Posted by RLPA
Career Development: Matt Ikuvalu
The Career Development Q&A is an RLPA content series that promotes career development opportunities for players and the importance of planning for life after footy.
Each article will feature an NRL player who has engaged in meaningful development opportunities away from the field, while also providing an insight for other players and the industry about their journey.
The content series also highlights academic achievements from within the playing group, many of which have utilised the support available through the NRL-RLPA Wellbeing and Education program.
Part 17 of the Career Development Q&A features Matt Ikuvalu from the Sydney Roosters.
I have completed a Certificate III Fitness and Certificate IIII Community & Recreation. I am currently completing Bachelor of Teaching with honours at the University of Newcastle.
Q2 Why did you choose this field?
I worked as a Teachers aid at North Sydney Demonstration School and I really enjoyed it. I felt like I had a lot influence on students and their behaviour.
I also want to be a role model for young Polynesian students who are trying to figure out their own paths.
Q3 Did you always have this career path in mind?
Noooooo. I was not the best student, so teaching wasn’t at the forefront of my mind.
If footy didn’t work out for me, I was probably just going to work with my father in a metal fabrication factory. Working in that factory for four years made me weigh up my future and what else I could pursue.
Q4 Have you utilised any support available to players through the NRL-RLPA Wellbeing and Education program?
The support I have received from the Roosters wellbeing and education program has been phenomenal. I couldn’t thank Narelle enough for the help and time she has given me.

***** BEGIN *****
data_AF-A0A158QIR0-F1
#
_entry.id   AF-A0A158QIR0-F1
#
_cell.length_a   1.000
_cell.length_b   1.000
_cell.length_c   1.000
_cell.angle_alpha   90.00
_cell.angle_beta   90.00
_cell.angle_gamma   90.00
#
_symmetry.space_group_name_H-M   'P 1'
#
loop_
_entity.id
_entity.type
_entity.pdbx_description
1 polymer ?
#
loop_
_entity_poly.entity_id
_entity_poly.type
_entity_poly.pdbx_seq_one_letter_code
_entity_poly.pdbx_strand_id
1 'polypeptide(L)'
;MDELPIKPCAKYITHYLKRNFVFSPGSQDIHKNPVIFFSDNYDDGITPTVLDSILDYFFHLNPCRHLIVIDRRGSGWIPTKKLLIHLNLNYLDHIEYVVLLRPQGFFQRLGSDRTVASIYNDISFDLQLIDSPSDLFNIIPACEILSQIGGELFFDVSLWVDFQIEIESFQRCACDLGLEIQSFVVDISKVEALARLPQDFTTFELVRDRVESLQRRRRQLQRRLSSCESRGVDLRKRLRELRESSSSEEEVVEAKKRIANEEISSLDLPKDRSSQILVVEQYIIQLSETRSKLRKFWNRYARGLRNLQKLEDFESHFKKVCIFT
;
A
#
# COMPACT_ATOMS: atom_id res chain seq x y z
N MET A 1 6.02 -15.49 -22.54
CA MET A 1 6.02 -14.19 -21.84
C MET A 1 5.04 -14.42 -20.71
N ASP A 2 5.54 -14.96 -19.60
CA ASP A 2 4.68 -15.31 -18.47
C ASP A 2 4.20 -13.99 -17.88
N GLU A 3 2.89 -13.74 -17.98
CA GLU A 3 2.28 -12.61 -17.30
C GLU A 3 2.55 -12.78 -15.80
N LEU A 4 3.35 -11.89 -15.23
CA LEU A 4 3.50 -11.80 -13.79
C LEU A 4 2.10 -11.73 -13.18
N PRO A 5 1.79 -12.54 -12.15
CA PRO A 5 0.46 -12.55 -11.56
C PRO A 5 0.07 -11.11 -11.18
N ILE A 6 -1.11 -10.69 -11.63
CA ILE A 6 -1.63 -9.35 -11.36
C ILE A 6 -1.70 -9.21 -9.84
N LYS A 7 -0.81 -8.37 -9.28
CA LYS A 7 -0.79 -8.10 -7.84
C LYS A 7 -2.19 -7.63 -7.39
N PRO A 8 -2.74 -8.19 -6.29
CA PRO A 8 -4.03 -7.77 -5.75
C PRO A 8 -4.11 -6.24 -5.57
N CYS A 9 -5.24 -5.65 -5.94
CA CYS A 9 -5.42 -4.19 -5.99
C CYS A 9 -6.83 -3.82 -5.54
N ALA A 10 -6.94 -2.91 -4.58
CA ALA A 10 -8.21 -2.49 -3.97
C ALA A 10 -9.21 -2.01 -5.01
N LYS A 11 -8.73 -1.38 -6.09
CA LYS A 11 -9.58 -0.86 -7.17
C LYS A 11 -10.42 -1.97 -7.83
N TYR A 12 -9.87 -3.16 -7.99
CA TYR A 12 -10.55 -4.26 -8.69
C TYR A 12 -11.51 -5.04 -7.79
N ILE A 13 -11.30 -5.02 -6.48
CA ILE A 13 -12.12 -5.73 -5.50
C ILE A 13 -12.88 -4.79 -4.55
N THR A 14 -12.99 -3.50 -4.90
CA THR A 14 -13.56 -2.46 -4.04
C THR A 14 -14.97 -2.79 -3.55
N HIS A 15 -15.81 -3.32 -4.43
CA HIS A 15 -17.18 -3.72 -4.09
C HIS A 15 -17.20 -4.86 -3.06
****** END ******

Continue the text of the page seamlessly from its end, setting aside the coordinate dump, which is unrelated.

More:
Q5 What plans or goals do you have for post-retirement?
I would love to have some sort of involvement with the Roosters, but I plan to complete my teaching prac and internship to finally become a qualified teacher.
Q6 How important is it for players and the industry to prioritise career development opportunities?
It is very important for players to prioritise career development opportunities. For me, it takes my mind off footy, so It’s always good to have another focus in your home environment. Also, understanding there will be less financial stress and unknown when you retire.
Q7 How have the skills you have developed through playing NRL helped with your educational development?
I think playing NRL has made me more accountable for my study. It also developed my time management skills in order to finish assignments around training and playing.
Q8 How important is having the support of your coach and football staff when pursuing education options?
I think this is very important. I remember a couple of years ago, Robbo (Trent Robinson) gave me a couple days off training to organise and complete a group project with students from University that was due that week. Without those days off, I may have failed that course.
Q9 Was there a time you felt like giving up on your studies and if so, what helped you keep going?
I had friends in my cohort so that always made it easier for me to keep going. It also kept me motivated to do well as I didn’t want to fail subjects that they were in.